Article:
I probably should’ve tried the pizza at Zia Esterina Sorbillo on Mulberry Street in Manhattan’s Little Italy because that is what they are famous for in Naples. I have eaten it there and wrote about it in a previous post.
This visit I was alone and wanted something a little lighter–not that this huge calzone was.
I ordered the salame calzone. I believe they use good ingredients here, and the prices do reflect that.
The calzone was good but a little peppery for my taste, although I do think it’s the Neapolitan style, as my grandma’s calzones had a good amount of black pepper.
If I return, I would definitely get the pizza. It’s Neapolitan-style, which tends toward a “soggy” center that is different from New York-style pizza. When I told my cousin in Italy that Sorbillo opened up in New York, he was very excited and said it is very good pizza. So I think if you are looking to try a pizza that closely resembles the style of pizza in Naples, this is the place to go.
I recently had brunch at two very nice spots on the Upper West Side, an area of the city where I usually do not spend much time.
One is Machiavelli on Columbus & 85th. A gorgeous restaurant with lush decor, the menu is decidedly Italian, including brunch with dishes like polenta with parmesan and truffle oil, nutella crepes, and lemon and ricotta pancakes. I had the frittata salsiccia with Italian sausage, goat cheese, spinach and tomato. It was wonderful.
Another spot is Ella Kitchen & Bar on Columbus & 72nd. Here, the brunch consists of appetizing Latin & Mediterranean variations of classic dishes like baked eggs with Argentine sausage; eggs Benedict with grass-fed skirt steak and sauteed spinach; or avocado toast with edamame, black sesame seed, scallions, radishes, and hard-boiled egg. I got the classic baked eggs with heavy cream and parmesan.
From February 18 through 28, the NYC location of Wasabi Sushi & Bento is celebrating its first birthday by giving away free onigiri to any customer who tags a photo @Wasabi_NYC! Just show your post at checkout.
Posted in Asian
Tagged NYC, sushi, wasabi
Don’t forget to enter the GIVEAWAY in celebration of my 1000th post!
Momo Crawl, Saturday, November 22, 2014, 2 p.m., Jackson Heights Food Court Marquee, 73-07 37th Rd., Jackson Heights, Queens: Sample momos from different vendors for $1 each and vote for the best.
Thanksgiving Dinner, Thursday, November 27, 2014, 4 to 7 p.m., The Water Table, Brooklyn
Thanksgiving 4-Course Prix Fixe, Thursday, November 27, 2014, 12 p.m., Blenheim Restaurant, West Village, Manhattan
wd-50 Final Dinners, November 19-23, 26, 28; Thanksgiving Day; and Last Call November 29, wd-50, Lower East Side, Manhattan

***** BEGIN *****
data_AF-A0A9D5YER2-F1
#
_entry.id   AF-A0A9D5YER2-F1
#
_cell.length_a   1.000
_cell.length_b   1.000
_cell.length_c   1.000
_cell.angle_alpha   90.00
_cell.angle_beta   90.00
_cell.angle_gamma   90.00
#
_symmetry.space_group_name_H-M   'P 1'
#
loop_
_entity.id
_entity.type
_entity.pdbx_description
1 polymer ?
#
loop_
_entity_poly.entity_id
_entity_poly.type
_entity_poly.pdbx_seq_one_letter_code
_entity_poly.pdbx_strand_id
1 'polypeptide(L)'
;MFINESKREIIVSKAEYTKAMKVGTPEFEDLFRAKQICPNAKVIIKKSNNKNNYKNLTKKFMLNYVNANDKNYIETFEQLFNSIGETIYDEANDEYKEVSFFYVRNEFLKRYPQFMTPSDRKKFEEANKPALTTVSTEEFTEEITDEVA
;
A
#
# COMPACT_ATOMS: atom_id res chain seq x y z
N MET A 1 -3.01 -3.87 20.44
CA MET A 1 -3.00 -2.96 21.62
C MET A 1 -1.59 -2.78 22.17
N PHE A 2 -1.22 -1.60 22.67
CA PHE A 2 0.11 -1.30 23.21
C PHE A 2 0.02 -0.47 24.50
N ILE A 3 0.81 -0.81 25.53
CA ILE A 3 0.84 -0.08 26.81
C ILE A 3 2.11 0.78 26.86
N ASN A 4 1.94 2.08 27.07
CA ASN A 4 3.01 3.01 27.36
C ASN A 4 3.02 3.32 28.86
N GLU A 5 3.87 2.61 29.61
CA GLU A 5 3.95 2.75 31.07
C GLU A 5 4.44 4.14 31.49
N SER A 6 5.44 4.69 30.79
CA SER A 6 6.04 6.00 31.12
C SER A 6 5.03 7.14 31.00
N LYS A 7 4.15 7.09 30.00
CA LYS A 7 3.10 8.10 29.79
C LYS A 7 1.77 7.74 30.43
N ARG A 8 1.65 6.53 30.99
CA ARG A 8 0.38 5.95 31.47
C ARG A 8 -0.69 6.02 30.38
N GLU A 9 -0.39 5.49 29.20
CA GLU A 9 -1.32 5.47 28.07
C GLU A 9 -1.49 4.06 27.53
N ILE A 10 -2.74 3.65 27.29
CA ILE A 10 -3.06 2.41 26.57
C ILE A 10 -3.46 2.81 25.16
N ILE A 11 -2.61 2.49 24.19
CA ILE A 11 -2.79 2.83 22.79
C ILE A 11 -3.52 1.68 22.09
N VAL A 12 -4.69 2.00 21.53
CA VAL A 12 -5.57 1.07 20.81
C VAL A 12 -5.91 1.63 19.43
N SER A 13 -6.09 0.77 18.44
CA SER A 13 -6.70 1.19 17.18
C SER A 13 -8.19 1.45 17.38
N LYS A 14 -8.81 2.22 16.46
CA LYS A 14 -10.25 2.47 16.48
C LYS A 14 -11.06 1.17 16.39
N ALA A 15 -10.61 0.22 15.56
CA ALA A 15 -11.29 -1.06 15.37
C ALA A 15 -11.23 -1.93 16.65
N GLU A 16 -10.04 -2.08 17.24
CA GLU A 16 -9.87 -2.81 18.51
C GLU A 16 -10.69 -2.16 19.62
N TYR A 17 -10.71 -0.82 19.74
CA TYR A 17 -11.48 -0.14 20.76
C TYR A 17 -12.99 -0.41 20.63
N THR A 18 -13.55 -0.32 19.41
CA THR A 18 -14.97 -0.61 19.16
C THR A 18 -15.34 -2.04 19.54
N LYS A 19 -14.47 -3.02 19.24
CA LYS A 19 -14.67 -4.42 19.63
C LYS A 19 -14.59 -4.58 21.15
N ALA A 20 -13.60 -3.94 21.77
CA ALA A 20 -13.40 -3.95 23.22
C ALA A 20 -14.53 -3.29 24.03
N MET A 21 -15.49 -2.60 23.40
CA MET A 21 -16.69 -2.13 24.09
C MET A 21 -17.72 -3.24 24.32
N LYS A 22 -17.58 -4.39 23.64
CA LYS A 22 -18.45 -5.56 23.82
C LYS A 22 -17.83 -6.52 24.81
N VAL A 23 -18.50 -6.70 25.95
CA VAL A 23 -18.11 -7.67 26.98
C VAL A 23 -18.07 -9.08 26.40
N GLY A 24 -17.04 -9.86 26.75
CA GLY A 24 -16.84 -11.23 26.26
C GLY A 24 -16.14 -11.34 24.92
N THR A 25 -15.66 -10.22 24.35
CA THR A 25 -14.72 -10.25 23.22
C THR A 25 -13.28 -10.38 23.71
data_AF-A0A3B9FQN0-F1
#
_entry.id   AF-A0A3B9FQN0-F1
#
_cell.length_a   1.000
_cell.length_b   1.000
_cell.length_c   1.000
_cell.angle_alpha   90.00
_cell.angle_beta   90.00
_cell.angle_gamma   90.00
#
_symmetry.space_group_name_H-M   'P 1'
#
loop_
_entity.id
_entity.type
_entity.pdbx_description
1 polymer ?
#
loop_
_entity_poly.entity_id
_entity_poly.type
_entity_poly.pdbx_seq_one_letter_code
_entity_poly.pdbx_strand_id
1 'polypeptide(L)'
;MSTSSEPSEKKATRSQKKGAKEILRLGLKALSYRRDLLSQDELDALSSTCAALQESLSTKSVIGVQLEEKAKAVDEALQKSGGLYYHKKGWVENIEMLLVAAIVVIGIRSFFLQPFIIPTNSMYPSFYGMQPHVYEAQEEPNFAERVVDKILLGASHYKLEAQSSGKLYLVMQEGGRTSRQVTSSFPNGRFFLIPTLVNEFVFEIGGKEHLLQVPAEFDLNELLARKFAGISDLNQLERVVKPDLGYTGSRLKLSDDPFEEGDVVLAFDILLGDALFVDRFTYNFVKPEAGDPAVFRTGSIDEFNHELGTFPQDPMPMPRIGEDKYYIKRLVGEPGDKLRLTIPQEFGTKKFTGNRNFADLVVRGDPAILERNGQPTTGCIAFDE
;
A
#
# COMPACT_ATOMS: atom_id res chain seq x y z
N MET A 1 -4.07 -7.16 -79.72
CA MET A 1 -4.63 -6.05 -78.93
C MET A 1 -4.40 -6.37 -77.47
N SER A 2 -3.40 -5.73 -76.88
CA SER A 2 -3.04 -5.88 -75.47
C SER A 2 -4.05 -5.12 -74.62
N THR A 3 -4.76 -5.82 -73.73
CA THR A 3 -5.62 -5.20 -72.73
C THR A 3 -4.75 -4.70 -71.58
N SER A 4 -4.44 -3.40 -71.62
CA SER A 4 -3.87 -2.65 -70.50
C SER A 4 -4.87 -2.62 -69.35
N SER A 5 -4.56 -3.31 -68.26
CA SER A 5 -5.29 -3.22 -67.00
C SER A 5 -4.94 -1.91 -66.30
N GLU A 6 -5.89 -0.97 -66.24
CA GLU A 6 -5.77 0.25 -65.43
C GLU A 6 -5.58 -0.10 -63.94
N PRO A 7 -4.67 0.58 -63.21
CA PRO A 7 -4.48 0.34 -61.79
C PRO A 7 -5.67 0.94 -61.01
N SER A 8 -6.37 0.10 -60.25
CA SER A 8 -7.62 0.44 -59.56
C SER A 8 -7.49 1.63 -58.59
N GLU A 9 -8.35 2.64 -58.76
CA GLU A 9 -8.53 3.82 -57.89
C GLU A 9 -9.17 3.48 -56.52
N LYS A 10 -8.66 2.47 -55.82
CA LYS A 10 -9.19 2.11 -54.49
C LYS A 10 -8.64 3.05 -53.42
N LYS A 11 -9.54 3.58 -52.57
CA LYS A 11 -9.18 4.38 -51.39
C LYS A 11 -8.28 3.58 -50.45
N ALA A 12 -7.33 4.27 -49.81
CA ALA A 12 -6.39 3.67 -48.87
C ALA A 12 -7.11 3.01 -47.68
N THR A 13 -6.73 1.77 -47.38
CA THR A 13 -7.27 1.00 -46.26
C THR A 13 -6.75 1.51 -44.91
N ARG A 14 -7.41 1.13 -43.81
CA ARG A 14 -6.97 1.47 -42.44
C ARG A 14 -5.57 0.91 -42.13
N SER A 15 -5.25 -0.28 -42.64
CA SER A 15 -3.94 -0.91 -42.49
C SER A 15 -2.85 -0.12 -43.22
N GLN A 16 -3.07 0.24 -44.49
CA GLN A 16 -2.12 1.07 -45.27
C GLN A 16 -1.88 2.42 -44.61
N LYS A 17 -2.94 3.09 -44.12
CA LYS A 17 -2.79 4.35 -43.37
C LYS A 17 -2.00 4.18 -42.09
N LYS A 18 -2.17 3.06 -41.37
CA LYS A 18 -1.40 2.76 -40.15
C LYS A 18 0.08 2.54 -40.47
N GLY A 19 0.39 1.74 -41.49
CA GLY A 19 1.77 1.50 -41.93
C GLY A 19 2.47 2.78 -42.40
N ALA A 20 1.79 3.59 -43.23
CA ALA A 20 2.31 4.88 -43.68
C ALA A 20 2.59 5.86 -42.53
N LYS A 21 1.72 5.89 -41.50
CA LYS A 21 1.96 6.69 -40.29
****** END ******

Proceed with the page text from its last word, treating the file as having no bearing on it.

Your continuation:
Today, there was an article in the New York Post on Little Italy’s becoming extinct. Of course, this saddens me. The first stop in America for both sides of my family was Mulberry Street. But this brings up a larger issue for me–the gentrification of New York City. I do not like it. The great thing about NYC is that it used to be the place to find everything, but as a friend of mine said, who is a published, well-respected economist from the Greatest Generation, NYC has lost its relevancy. I don’t think it is lost yet, but I do think it is happening. As New York becomes a homogenized city of the young and wealthy from around the country, it will lose its character. NYC is a mecca for many–in acting, theater, music, writing, finance, etc, but it’s also a home to the many people who lived there and whose families have lived there for generations. And it will lose its essence if it becomes generic. Of course, this is happening in a lot of cities in the United States–not just NYC–but NYC is known for having a certain character–and its tourism depends on it. If NYC becomes generic, why would anyone pay the incredible hotel bills to visit?
Happy St. Patrick’s Day!
Today is one of my favorite holidays, and I love to go to the parade. One year, I did three St. Patty’s Day parades in a row–in NYC, in DC and in Raleigh, NC. I’ve been to St. Patty’s Day parades in Hoboken (back when it was good and you could drink in the streets and the bars had free corned beef and cabbage). I love corned beef and cabbage and soda bread and Guinness. In fact, I made mine yesterday.
This soda bread recipe (different from the one I made last year) is from a woman named Pat Burns in Molly O’Neill’s New York Cookbook. It’s very delicious. I used really creamy butter from Maine and full-fat buttermilk. (I got my buttermilk from a dairy, but it was still full of gums. It looks as if one cannot get full-fat buttermilk anymore.)
For dessert, I kept it simple by making an angel food cake and fresh whipped cream with some green food coloring.
Today is a day to celebrate the Irish in America, much like Columbus Day for Italians. Today is also the name day of someone who is very special to me. And it also reminds me of my late Aunt Mary who died last year around this time, who like me, loved all things Irish. So in honor of Aunt Mary, all those named Patrick, all the Irish everywhere and those who love them, I’ve made Homemade Irish Cream, from a recipe my Aunt Mary gave me years ago. Slainte!
Aunt Mary’s Homemade Irish Cream
1 egg (I use pasteurized)
1 can condensed milk
1/2 pint heavy cream
1 1/2 tablespoons chocolate syrup
3/4 cup Irish whiskey
Blend all together in a blender. Chill and serve.
Posted in Holiday
Tagged angel food cake, buttermilk, corned beef and cabbage, green, Guinness, Hoboken, homemade Irish cream, Ireland, Irish, Irish cream, Molly O'Neill, New York, New York Cookbook, NYC, parade, Pat Burns, Patrick, soda bread, St. Patrick's Day, St. Patty's Day